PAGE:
The gruesome and grotesque of slavery was finally coming to end when president Abraham Lincoln introduced the historical milestone legislation, Emancipation Proclamation that abolished slavery. Scholars have stated that the Emancipation Proclamation was intended to fulfill the ideal goals of the Declaration of Independence, which promotes the equal treatments of citizens and the advancement of the rule of law. Nonetheless, Slaves in the southern United States remained in the hands of their captive masters until they set free at the end of the Civil War. Even then, the defeated and fractured Confederates and former plantation owners were unwilling to accept the freedom of former slaves and explores every aperture to reverse the change and keep up  things as they are.

The newly freed slaves in the South were portrayed as a threat to society and perceived as violent criminals and rapists. The mis-perception of black men lingers around and becomes a prevalent element to interpret the demeanor and behavior of African-Americans till this day. Although, slavery was abolished and the blacks were freed, the white supremacists were actively exploring for loopholes to constrict and take away their rights. In the following years, all kinds of startling vagrancy laws such as the one that criminalizes African-American males for only not having a job, and displaying an “insulting gestures” were introduced and enacted (Alexander, P.31). All black male over the age of eighteen were required to provide evidence of employment upon request. Blacks were also disenfranchised and prevented from political participation due to the literacy test, the grandfather clause and the poll tax requirements.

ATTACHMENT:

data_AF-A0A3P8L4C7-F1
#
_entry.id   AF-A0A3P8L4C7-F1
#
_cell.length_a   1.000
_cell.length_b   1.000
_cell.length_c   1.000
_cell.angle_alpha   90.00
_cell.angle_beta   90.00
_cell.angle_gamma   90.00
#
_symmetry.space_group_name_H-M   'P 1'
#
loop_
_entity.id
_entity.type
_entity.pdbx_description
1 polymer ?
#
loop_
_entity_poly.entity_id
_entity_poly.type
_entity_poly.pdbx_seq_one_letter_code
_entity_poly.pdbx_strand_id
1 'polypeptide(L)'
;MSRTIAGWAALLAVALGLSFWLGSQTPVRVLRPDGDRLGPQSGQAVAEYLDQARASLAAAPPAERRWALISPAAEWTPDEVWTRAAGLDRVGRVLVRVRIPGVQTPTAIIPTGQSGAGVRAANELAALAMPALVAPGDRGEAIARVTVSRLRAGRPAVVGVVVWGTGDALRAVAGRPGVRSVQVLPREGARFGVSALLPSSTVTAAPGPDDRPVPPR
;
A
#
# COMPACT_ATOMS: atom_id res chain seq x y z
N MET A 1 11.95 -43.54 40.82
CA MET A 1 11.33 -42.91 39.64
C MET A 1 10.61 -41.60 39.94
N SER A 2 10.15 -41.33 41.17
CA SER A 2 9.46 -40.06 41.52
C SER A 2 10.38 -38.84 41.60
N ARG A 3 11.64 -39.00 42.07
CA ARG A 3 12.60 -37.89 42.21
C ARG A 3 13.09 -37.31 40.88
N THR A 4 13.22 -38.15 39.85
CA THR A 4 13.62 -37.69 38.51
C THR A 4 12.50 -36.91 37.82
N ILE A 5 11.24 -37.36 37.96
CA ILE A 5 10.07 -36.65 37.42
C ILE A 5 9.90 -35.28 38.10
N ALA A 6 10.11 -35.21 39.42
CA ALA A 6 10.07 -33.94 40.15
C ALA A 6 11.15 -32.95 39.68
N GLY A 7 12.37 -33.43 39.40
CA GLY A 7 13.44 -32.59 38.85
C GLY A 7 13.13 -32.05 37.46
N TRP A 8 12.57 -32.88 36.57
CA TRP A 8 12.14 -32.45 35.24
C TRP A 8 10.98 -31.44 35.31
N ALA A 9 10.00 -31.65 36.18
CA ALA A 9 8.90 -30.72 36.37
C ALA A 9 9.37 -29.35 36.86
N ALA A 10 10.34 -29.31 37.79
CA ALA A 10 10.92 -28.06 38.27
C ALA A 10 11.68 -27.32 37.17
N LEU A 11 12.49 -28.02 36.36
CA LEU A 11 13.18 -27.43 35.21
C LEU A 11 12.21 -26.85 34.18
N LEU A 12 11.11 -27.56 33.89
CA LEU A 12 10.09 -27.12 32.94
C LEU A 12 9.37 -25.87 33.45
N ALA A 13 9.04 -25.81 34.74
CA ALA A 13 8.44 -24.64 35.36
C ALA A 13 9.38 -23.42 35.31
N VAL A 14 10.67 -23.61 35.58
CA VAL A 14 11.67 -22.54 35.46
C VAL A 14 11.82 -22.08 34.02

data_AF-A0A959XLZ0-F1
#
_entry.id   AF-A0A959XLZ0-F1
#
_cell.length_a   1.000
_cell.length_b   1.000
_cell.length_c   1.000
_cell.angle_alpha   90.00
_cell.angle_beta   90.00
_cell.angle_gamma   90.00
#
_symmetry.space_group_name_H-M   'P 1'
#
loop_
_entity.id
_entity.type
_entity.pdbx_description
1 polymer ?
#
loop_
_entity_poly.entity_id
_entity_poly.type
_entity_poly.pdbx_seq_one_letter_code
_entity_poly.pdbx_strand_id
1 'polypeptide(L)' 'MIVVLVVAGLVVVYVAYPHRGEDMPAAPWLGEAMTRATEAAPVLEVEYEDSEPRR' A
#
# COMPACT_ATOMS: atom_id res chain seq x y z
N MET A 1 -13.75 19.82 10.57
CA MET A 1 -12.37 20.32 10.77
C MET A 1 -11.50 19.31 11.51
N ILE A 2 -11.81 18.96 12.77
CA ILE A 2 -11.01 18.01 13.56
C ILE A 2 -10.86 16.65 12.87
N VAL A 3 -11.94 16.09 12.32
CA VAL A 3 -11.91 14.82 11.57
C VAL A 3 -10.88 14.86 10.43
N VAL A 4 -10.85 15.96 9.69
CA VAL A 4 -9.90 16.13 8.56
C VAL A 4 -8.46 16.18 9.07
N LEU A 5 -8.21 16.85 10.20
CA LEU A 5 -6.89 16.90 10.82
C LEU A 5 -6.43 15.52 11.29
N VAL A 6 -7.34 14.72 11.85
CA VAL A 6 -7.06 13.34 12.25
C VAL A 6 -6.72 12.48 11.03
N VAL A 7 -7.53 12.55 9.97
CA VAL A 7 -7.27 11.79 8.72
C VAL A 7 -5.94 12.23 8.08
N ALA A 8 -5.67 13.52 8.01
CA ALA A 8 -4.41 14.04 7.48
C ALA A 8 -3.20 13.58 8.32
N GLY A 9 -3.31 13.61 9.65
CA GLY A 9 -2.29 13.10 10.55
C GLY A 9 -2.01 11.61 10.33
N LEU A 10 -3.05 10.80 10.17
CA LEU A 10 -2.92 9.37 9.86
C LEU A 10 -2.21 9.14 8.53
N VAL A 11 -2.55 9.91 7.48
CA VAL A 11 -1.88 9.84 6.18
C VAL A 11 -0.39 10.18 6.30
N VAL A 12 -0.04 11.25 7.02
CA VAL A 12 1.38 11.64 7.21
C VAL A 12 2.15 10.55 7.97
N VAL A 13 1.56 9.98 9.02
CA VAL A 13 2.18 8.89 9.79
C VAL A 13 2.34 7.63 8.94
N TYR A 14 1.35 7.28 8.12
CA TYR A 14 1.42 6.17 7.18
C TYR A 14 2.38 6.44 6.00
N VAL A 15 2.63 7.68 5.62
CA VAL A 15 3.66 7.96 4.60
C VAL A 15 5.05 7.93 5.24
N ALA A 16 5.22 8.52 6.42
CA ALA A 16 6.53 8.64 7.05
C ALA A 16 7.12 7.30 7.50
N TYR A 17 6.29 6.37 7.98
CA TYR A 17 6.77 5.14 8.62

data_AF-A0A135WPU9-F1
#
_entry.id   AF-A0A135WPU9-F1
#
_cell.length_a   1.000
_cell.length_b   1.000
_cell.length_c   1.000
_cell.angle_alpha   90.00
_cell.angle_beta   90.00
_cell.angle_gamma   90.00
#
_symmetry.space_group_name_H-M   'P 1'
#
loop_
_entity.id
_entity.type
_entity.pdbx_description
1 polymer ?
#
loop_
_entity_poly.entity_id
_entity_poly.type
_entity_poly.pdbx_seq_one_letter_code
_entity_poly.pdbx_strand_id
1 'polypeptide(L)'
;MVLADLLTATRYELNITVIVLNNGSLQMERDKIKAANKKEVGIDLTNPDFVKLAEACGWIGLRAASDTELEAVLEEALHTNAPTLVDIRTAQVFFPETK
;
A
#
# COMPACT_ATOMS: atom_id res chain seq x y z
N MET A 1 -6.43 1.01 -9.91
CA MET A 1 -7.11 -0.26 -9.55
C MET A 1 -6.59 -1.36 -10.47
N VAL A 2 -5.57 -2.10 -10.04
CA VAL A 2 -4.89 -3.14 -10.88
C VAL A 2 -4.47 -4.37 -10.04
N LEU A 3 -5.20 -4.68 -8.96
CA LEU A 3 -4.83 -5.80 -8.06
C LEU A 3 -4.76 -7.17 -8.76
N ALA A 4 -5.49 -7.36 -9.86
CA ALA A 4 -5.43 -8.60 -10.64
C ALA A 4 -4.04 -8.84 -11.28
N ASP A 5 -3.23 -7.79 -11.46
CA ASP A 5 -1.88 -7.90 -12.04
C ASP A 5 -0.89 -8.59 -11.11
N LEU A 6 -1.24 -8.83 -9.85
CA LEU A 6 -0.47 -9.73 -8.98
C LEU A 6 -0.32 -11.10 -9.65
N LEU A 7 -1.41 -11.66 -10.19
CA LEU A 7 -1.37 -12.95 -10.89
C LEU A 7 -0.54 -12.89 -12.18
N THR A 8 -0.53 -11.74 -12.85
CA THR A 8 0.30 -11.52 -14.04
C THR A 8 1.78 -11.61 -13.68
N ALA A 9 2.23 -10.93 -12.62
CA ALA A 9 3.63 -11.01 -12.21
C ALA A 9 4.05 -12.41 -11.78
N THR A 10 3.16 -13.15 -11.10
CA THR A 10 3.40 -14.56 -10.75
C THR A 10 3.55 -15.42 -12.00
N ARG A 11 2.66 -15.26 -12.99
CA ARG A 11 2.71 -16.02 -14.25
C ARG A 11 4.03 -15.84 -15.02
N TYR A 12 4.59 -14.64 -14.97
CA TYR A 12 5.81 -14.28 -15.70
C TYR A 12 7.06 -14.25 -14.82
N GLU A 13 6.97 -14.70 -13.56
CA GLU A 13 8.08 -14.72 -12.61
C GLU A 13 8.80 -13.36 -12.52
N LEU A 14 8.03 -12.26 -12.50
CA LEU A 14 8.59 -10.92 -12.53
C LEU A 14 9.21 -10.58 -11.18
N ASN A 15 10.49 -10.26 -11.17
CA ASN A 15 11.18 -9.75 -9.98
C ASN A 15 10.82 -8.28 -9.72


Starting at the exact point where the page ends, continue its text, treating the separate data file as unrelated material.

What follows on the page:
The contemporary United States holds the first title for its economic disparity as “the gap in wealth and income are greater in the United States than any other economically developed countries. (Ira Katznelson, P. 4) The United States is also the world’s leader in incarceration rates, with an estimated 2.3 million people (Pewtrust, 2008) (mostly African-Americans & other minority groups) are currently serving time in confinement. Therefore, it is monumental to briefly examine on how the U.S. reaches its current over incarceration stage and how minority groups has been disproportionately targeted by racist laws.